Linda Solbrig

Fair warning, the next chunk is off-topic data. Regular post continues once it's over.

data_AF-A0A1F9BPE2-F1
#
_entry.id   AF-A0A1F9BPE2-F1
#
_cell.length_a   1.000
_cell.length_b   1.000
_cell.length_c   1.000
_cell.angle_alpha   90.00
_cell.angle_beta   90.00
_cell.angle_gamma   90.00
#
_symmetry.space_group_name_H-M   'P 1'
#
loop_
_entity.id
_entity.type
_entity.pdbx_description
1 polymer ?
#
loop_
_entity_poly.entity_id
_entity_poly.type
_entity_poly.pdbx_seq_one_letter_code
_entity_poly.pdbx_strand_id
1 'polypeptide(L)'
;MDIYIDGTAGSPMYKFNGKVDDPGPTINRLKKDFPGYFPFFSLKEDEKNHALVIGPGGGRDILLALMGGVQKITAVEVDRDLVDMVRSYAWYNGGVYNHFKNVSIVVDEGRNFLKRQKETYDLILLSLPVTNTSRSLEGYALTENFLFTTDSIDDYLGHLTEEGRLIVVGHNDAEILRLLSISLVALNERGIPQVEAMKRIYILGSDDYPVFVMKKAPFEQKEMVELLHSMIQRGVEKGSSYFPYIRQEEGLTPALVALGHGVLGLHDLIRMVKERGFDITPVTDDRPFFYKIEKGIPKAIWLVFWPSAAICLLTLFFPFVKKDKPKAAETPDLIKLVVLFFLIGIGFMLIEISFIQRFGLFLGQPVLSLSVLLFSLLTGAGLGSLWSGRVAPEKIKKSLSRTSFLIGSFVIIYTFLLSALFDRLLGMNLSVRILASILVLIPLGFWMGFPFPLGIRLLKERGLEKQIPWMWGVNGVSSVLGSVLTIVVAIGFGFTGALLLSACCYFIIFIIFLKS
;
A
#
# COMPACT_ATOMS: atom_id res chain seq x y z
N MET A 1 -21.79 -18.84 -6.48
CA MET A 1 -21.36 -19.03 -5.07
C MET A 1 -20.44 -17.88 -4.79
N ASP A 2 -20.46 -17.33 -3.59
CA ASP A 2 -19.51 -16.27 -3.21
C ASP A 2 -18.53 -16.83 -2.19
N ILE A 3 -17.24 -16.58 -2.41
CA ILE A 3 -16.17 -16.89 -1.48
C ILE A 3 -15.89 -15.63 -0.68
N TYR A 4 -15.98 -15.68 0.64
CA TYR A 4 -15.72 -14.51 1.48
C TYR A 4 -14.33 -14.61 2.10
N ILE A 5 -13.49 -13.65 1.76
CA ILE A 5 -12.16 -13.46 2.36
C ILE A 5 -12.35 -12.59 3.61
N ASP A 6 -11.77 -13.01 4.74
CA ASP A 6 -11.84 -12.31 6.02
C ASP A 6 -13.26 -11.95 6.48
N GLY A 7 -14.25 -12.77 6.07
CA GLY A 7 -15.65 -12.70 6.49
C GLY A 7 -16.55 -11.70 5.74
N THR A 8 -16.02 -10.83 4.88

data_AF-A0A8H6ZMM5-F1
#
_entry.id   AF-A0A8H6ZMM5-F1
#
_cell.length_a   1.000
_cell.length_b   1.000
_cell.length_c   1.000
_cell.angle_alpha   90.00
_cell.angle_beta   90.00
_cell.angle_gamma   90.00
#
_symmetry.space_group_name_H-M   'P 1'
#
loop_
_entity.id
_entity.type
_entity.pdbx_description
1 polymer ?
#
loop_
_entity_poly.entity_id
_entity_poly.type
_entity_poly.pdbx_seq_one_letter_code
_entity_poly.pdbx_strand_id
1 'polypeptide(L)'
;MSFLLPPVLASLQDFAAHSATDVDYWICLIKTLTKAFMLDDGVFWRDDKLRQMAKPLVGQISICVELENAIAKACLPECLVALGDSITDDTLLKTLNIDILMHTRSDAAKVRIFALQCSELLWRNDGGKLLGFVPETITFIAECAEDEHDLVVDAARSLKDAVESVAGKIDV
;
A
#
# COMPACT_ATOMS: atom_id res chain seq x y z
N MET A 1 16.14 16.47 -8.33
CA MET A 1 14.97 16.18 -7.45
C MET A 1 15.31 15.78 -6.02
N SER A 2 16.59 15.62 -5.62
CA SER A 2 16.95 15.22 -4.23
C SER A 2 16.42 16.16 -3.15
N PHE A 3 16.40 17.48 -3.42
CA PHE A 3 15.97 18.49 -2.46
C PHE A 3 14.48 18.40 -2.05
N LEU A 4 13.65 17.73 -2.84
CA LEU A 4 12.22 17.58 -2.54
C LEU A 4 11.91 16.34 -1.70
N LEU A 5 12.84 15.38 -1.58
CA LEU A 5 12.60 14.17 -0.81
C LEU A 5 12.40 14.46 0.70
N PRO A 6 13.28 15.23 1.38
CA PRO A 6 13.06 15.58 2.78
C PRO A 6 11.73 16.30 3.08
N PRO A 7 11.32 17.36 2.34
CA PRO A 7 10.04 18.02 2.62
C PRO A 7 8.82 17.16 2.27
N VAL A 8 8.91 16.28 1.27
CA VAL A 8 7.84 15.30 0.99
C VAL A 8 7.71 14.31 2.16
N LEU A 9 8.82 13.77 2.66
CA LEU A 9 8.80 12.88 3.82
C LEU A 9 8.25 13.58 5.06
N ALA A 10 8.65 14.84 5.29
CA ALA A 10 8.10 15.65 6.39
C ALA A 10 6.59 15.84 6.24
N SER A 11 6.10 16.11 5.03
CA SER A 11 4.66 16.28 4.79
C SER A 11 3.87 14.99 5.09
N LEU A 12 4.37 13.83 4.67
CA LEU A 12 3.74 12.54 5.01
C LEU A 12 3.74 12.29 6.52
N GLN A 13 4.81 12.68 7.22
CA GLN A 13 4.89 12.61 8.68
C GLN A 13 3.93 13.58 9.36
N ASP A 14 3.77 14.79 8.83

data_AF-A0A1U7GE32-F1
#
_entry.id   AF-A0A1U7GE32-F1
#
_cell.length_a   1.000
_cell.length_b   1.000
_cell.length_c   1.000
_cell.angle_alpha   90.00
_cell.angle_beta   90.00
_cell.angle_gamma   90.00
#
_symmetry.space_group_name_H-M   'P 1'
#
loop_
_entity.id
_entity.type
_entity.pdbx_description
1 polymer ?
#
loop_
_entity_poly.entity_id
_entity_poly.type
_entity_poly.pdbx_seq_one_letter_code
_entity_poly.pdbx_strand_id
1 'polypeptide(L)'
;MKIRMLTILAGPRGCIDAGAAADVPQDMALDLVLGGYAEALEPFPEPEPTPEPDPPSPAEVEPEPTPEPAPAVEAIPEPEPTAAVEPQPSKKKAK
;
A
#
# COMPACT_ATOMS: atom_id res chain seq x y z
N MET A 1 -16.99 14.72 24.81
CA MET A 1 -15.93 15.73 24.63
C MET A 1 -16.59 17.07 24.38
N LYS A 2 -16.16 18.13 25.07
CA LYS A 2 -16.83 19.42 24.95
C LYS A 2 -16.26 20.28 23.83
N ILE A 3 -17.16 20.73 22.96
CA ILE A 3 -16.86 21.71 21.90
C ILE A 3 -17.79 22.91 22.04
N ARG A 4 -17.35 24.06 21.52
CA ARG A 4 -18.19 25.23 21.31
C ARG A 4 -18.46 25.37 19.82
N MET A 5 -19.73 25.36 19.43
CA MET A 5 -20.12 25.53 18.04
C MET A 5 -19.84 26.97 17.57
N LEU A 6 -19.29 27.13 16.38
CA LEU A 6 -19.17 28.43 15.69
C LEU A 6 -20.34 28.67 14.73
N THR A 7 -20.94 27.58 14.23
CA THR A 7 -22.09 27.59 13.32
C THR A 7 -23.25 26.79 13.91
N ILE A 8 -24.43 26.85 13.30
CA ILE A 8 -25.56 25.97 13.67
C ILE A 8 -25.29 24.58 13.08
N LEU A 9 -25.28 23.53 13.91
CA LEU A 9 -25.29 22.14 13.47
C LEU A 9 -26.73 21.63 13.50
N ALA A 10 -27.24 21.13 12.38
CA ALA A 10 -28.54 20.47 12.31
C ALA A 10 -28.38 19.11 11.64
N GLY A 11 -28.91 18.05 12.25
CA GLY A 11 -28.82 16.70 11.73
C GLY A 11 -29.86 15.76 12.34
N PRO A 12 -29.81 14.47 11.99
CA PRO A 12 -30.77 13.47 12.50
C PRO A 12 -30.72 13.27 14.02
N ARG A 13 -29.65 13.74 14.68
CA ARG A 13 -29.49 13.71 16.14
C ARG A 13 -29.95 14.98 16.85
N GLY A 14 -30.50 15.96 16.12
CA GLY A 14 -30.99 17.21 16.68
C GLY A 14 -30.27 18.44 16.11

This thesis investigates the acceptability and efficacy of Functional Imagery Training (FIT), a motivational intervention for weight-management. FIT is based on Elaborated Intrusion Theory, delivered in the style of Motivational interviewing (MI), and designed to promote sustained behaviour change and address cravings. It trains the habitual use of affective, goal-directed mental imagery of personal incentives, using imagery to plan behaviours, anticipate obstacles, and mentally try out solutions from previous successes. Participants are taught to update their imagery from their experience, and to generalise their imagery skills to new goals. In study 1, focus groups explored problems and wishes in regards to weight-management, including reactions to Functional Imagery Training (FIT) as a possible intervention. The issue of waning motivation and the desire for motivational app support was expressed in all groups. Participants were positive about FIT. Study 2 was an uncontrolled pilot trial of FIT. Eleven out of 17 participants (65%) lost 5% body weight or more by three months. Participants continued to lose weight during an unsupported 12-month period and experienced mean weight loss of 6kg (SD= 5.7; d=1.06) and mean waistline reduction of 11.5 cm (SD= 7.4; d=1.56) at 15 months. Study 3 compared the impact of FIT with MI on motivation and self-efficacy, over the first month of a randomised controlled trial (RCT) for weight-loss. Structured elicitation and training in goal-related imagery, i.e., FIT, increased motivation and self-efficacy for weight-loss relative to MI. Study 4 was the RCT for weight-loss, comparing FIT and MI over an intervention-supported six-month period, followed by six months unsupported. The FIT group achieved clinically meaningful weight-loss at 6 months (M kg-loss=4.11) and continued weight-loss at 12 months (M kg-loss=6.44); the MI group stabilised by 12 months (M kg-loss=.67), after minimal weight loss at 6 months (M kg-loss=.74). Study 5 qualitatively explored experiences of MI and FIT RCT participants, upon completing the 6-month intervention phase. MI participants wished for continued therapist- support and feared relapse. FIT participants described a mind-set-change and were confident they could maintain changes and overcome challenges using imagery techniques. Given the demonstrated benefit of motivational imagery in weight-control, FIT should be considered and further tested as an intervention for health behaviour change.

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